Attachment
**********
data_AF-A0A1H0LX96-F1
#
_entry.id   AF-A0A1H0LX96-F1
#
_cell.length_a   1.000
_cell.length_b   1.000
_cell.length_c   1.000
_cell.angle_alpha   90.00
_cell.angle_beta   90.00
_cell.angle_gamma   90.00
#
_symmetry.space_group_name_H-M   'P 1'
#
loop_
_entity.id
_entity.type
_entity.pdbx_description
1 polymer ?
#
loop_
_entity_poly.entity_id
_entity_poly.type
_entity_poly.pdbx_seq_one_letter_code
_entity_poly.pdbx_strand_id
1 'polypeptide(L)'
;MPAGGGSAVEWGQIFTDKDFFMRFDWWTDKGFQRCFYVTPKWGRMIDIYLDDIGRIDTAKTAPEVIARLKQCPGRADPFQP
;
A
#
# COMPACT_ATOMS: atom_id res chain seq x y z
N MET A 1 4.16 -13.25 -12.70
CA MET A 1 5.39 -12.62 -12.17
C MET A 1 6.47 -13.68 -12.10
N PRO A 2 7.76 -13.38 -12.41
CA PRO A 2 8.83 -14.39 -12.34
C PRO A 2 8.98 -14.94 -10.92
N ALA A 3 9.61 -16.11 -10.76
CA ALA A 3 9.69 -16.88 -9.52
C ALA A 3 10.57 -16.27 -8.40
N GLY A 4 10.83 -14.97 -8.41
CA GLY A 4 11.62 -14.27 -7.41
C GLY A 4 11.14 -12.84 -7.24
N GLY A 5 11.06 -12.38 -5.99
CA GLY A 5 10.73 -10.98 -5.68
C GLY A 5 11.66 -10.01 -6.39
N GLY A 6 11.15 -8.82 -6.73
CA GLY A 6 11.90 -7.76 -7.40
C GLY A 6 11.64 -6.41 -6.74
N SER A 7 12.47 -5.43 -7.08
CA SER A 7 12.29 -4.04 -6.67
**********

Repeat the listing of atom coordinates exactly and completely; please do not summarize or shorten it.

data_AF-A0A1H0LX96-F1
#
_entry.id   AF-A0A1H0LX96-F1
#
_cell.length_a   1.000
_cell.length_b   1.000
_cell.length_c   1.000
_cell.angle_alpha   90.00
_cell.angle_beta   90.00
_cell.angle_gamma   90.00
#
_symmetry.space_group_name_H-M   'P 1'
#
loop_
_entity.id
_entity.type
_entity.pdbx_description
1 polymer ?
#
loop_
_entity_poly.entity_id
_entity_poly.type
_entity_poly.pdbx_seq_one_letter_code
_entity_poly.pdbx_strand_id
1 'polypeptide(L)'
;MPAGGGSAVEWGQIFTDKDFFMRFDWWTDKGFQRCFYVTPKWGRMIDIYLDDIGRIDTAKTAPEVIARLKQCPGRADPFQP
;
A
#
# COMPACT_ATOMS: atom_id res chain seq x y z
N MET A 1 4.16 -13.25 -12.70
CA MET A 1 5.39 -12.62 -12.17
C MET A 1 6.47 -13.68 -12.10
N PRO A 2 7.76 -13.38 -12.41
CA PRO A 2 8.83 -14.39 -12.34
C PRO A 2 8.98 -14.94 -10.92
N ALA A 3 9.61 -16.11 -10.76
CA ALA A 3 9.69 -16.88 -9.52
C ALA A 3 10.57 -16.27 -8.40
N GLY A 4 10.83 -14.97 -8.41
CA GLY A 4 11.62 -14.27 -7.41
C GLY A 4 11.14 -12.84 -7.24
N GLY A 5 11.06 -12.38 -5.99
CA GLY A 5 10.73 -10.98 -5.68
C GLY A 5 11.66 -10.01 -6.39
N GLY A 6 11.15 -8.82 -6.73
CA GLY A 6 11.90 -7.76 -7.40
C GLY A 6 11.64 -6.41 -6.74
N SER A 7 12.47 -5.43 -7.08
CA SER A 7 12.29 -4.04 -6.67